Sunday, September 2, 2018
Jesus protests against human customs being given the weight of divine law, while the essence of God’s law is ignored. True uncleanness comes not from external things, but from the intentions of the human heart. Last week Jesus told us “the words that I have spoken to you are spirit and life.” Now James says God has given us birth by the word of truth. We, having been washed in the word when we were born in the font, return to it every Sunday to ask God to create in us clean hearts.
Prayer of the Day
O God our strength, without you we are weak and wayward creatures. Protect us from all dangers that attack us from the outside, and cleanse us from all evil that arises from within ourselves, that we may be preserved through your Son, Jesus Christ, our Savior and Lord. Amen.
Readings and Psalm
Deuteronomy 4:1-2, 6-9 God’s law: a sign of a great nation
James 1:17-27 Be doers of the word, not hearers only
Mark 7:1-8, 14-15, 21-23 Authentic religion
Title: Pointing Fingers, Opened Arms
This Sunday should be named Finger Pointing Sunday. After hearing these readings assigned for today, our inner judges must be salivating. They must be powdering the wigs, pressing the judicial gowns, and exercising that pointing finger of accusation and condemnation.
Moses is standing with the people, on the threshold of the promised land and he is laying down the law. Making sure that everyone knows it, and obeys it. And, of course, wherever the law is, fingers of judgment and conviction are there. Now, there is some positive finger pointing referred to by Moses. He does envision Israel’s neighbors pointing in a good way and saying, “wow, look at how wise their God is that they have these brilliant laws that come from their God and aren’t they the wise ones to be obeying them.” But then it quickly sours into judging when the Israelites are invited to point fingers at their neighbors and judge their laws as less than.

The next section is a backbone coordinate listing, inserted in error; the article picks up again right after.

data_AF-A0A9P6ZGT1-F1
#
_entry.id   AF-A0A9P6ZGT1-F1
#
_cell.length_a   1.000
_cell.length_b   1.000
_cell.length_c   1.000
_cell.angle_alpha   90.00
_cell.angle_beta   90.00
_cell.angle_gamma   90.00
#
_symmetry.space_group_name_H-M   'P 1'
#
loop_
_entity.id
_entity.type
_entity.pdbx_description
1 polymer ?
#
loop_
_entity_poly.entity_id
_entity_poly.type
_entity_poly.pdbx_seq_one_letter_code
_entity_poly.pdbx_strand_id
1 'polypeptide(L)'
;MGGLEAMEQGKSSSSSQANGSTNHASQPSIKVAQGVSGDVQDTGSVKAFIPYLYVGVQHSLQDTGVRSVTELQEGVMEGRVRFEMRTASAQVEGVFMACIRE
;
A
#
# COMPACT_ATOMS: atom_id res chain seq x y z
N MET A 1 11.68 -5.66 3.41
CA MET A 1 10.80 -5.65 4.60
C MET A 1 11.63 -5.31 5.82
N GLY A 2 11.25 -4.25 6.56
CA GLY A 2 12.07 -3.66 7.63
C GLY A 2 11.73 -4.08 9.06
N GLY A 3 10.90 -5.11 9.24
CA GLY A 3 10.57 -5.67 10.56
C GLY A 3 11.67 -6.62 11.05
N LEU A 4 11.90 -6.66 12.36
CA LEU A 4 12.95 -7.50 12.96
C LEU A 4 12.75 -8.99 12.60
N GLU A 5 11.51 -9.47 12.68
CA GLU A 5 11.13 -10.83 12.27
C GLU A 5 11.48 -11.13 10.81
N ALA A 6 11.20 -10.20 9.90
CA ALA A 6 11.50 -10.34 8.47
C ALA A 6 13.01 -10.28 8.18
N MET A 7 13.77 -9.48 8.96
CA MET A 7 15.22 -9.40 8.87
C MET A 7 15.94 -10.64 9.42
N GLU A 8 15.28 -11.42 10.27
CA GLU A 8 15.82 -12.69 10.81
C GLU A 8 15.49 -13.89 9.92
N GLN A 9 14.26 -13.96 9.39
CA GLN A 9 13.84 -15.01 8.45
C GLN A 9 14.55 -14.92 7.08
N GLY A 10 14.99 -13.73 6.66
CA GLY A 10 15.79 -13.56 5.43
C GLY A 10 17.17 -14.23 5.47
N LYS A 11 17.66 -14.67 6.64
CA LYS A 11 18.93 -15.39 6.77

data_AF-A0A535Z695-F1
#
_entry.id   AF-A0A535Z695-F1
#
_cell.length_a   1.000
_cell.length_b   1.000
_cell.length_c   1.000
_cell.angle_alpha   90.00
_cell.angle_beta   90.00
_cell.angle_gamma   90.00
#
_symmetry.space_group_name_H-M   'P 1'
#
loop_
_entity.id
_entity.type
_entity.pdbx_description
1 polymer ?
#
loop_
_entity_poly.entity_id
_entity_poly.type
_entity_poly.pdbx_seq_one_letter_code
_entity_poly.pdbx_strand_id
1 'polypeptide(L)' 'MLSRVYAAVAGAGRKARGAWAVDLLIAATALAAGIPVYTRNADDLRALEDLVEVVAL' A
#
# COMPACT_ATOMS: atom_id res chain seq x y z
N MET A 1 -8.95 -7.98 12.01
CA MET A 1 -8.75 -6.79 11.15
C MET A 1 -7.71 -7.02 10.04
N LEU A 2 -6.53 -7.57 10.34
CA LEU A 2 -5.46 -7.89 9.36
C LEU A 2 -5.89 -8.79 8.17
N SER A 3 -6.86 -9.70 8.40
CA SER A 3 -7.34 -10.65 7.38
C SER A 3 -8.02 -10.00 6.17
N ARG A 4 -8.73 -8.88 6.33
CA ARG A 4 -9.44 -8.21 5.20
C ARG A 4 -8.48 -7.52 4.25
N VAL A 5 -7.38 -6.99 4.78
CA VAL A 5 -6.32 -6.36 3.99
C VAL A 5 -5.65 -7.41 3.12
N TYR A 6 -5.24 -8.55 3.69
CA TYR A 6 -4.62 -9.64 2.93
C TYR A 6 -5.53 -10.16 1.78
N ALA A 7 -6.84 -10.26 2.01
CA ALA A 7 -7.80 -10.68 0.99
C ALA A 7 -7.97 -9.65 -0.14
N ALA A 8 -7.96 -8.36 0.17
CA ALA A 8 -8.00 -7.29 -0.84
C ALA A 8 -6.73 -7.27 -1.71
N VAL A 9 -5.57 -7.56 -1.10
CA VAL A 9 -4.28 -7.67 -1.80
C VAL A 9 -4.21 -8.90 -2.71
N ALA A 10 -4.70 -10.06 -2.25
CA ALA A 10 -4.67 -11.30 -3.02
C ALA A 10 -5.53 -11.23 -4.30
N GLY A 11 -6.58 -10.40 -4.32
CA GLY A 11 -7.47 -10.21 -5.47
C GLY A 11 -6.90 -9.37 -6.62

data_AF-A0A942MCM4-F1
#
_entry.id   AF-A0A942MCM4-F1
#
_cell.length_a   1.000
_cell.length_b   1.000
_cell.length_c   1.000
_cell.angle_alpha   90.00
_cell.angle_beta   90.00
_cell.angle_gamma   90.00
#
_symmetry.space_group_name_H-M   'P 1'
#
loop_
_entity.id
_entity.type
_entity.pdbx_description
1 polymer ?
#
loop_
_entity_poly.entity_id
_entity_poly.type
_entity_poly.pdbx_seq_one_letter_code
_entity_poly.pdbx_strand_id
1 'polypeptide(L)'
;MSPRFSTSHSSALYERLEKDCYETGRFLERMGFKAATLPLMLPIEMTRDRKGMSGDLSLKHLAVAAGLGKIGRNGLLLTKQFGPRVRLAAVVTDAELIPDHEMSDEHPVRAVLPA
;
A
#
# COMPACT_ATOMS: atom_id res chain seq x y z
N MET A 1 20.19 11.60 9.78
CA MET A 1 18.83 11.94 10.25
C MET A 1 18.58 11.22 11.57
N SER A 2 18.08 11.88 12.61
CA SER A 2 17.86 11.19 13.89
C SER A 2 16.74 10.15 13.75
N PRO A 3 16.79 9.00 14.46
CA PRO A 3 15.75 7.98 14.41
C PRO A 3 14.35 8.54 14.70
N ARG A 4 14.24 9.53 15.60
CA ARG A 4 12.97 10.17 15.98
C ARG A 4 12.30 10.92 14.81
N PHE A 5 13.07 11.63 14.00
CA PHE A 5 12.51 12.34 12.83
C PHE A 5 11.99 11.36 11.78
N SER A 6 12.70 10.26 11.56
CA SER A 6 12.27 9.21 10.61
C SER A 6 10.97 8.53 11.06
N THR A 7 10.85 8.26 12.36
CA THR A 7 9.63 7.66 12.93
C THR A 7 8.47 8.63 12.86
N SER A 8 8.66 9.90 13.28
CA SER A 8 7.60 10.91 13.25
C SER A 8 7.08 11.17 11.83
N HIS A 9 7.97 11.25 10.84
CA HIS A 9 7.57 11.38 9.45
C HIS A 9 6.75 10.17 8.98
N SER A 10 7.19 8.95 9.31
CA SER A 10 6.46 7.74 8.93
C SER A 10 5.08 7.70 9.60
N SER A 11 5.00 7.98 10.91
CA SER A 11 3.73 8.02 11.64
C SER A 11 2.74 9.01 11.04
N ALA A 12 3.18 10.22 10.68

And then there is James, pointing a finger of judgement and doing a lot of grouping into them and those ones. Them – being the hears of the word that then proceed to do nothing with it. And those ones – who do something with God’s word that they have heard. Those ones are the ones who are pure and undefiled before God, the Father, and turn the faith that they have heard into action such as: care for orphans and widows in their distress, and keep oneself unstained by the world.
Now a little translation note before we proceed into the finger pointing found in today’s Gospel reading. While we hear the word “defiled” used in both James and Mark. In the Greek, there are two different words that have both been translated into the same English word – defiled. James is using a word that is describing purity in a moral sense of the word. A concept that would have been important in the Greek and Roman world in which Christianity was emerging and growing. The word that Jesus in Mark’s Gospel uses is speaking about purity in a ritual sense. Something that would have been very important to the Hebrew community – of which Jesus is a part and to whom he is preaching and teaching.
The purity laws that the Pharisees are pointing their fingers about – because they see Jesus’ disciples breaking those purity laws – are all about keeping oneself pure (undefiled) for the sake of coming before God in the rites and rituals of their faith. In the everyday world, this purity means that you are living apart from other peoples and other nations. Moses says that when the Israelites live differently, apart from others, they will be bearing witness to the wisdom, presence, and holiness of God. James says it “that you keep yourself unstained by the world” when you show your moral superiority.
As we see over and over again with Jesus, his concern is that there be no obstacle separating people from the God who loves them. Complicated practices, burdensome traditions, strict obedience to laws are not to be used as pointing fingers of judgment at the slacker or the violator saying to them: “You are not worthy to come into the presence of God. You are unclean.”